Early in the documentary Searching For Sugar Man, retired record producer Steve Rowland gushes praise for the enigma that was the artist known simply as Rodriguez. He cues up a piece of vinyl to demonstrate his point. He says it is the saddest song he has ever heard. Indeed, its sadness is palpable. One line stands above the rest. “The sweetest kiss I ever got is the one I’ve never tasted.” It underlines how director Malik Bendjelloul is making a sad film – a sad film, though, that by the rules of life is allowed a fantasy-like happy ending.
Sixto Rodriguez was a lone man with a guitar and gnarly shades in hardscrabble Detroit of the 1970’s. Charisma was not necessarily his specialty. More than once it is noted he played with his back to the audience. But he possessed boundless talent. Everyone interviewed discusses him in reverent terms, suggesting he floats above even the hallowed plain of Bob Dylan. Perhaps that is exaggeration, but Rodriguez’s music, which covers most of the frames of the film, does evoke a less opaque, more straight-forward Dylan whose rhymes have that hard-to-copy grace where despite their obviousness they still feel effortless. So why did he never hit the big time? Why were his two albums not so much flops as they were euthanized on arrival? Why was he until the existence of this documentary virtually unknown in America?
A parallel narrative emerges. It is a narrative built on legend and hearsay but also built on emotional truth. Steve “Sugar” Segerman, a Capetown, South Africa equivalent of High Fidelity’s Rob Gordon, recounts the tall tale of how someone’s American girlfriend flew past the pent-up walls of his country at the heart of apartheid with a Rodriguez record and that is how, supposedly, an utterly unknown Motor City troubadour became tonic to an artistically repressed culture on the other side of the world. More than once he is described as being bigger than Elvis.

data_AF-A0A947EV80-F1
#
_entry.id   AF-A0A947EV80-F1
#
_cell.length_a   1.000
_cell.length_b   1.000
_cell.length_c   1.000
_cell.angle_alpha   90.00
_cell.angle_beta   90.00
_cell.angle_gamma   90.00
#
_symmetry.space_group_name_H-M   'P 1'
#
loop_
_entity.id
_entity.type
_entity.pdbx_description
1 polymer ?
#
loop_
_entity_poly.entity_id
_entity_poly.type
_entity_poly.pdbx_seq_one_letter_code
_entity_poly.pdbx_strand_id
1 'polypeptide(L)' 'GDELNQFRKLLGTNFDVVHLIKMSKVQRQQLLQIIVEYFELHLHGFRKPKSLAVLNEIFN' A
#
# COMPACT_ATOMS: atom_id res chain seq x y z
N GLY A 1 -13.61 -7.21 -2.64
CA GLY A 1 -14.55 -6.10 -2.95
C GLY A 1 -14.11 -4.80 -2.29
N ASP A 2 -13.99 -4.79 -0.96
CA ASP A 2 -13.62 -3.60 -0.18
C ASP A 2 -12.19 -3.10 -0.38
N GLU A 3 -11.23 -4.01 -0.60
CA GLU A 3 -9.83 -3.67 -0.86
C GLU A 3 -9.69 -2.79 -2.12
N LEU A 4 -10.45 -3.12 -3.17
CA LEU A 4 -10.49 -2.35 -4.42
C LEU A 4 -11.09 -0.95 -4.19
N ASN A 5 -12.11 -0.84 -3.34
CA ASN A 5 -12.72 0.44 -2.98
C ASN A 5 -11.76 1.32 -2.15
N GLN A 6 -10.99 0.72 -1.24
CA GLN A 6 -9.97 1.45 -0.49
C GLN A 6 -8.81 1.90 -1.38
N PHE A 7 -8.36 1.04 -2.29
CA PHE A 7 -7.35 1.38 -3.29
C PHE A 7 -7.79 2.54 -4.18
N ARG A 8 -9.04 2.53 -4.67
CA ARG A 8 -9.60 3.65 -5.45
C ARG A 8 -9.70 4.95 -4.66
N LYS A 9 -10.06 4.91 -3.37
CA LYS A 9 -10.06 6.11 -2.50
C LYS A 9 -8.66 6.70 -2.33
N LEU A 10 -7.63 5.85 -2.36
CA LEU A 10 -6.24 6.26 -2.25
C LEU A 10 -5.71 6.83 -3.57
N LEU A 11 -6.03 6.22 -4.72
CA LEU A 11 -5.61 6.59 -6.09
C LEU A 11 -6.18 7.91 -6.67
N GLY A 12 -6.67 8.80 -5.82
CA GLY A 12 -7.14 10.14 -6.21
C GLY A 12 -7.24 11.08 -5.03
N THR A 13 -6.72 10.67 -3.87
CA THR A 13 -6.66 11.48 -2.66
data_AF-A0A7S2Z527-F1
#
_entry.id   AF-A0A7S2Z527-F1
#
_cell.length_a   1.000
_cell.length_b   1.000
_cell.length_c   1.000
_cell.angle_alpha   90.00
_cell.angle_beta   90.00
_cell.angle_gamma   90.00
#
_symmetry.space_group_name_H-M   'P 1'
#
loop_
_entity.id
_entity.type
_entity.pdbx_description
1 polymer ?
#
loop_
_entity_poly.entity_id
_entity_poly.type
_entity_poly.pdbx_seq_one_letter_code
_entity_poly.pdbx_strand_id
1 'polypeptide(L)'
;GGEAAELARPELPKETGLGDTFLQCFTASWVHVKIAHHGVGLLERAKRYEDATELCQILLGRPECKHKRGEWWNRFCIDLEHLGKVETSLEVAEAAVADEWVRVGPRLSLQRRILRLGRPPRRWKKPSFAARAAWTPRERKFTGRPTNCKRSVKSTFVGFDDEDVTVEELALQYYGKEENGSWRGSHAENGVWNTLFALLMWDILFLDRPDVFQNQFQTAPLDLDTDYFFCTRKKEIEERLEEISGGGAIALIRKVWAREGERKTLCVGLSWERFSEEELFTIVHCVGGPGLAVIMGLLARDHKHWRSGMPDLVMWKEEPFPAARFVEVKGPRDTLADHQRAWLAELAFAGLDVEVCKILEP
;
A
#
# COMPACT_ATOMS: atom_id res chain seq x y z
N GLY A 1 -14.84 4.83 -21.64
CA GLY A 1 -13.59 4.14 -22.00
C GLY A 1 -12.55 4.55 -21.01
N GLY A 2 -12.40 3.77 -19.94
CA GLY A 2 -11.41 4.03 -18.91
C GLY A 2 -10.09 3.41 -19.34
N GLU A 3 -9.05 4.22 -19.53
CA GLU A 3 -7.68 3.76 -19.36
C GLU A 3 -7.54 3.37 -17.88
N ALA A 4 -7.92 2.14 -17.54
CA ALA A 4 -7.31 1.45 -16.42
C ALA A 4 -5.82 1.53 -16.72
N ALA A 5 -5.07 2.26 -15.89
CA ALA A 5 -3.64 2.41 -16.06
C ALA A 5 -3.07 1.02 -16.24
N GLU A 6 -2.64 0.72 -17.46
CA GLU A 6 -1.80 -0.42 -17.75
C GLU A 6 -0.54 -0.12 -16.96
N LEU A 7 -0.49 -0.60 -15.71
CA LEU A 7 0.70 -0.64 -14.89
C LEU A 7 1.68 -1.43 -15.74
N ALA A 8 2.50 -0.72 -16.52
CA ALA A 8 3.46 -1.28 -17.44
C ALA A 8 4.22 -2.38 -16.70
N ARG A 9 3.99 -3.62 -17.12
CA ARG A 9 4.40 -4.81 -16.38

But who was he? Where was he? Where did he come from? Why did he record no new albums? What happened to him? More tall tales emerged, such as explicit stories of Rodriguez committing suicide onstage, ranging from putting a gun to his head and pulling the trigger to setting himself on fire. Segerman and compatriots decide to dig deeper and do so by, as they say, “following the money.” If Rodriguez’s albums are selling so well in South Africa, who’s getting the money back home? An interview with Clarence Avant, former head of Rodriguez’s record label, is a squirm-inducing affair wherein Avant seems willing to admit Rodriguez’s genius but reluctant to admit where any money that this genius might have been owed went.
If there is a flaw to the film it is that upon the peeling back of the curtain of the mystery of Rodriguez, there is not much pulling back of the curtain of Rodriguez himself. Much of the information relayed seems surface level, if poignant, and we are offered not much more than a glimpse into the psyche that would have composed these songs and led this life. Yet, oddly, this very flaw also works to showcase the nature of Rodriguez, and maybe that is good enough.
Besides, Searching For Sugar Man is as much about the search and more so about what led to the search. It is about one nation and certain people of that nation who by some cosmic coincidence found something they needed exactly when they needed it and treasured it and lifted it up into something bigger than one man. And by doing so, they helped in keeping that one man alive.
South Africa allowed Rodriguez to taste that sweet kiss he thought he couldn’t get.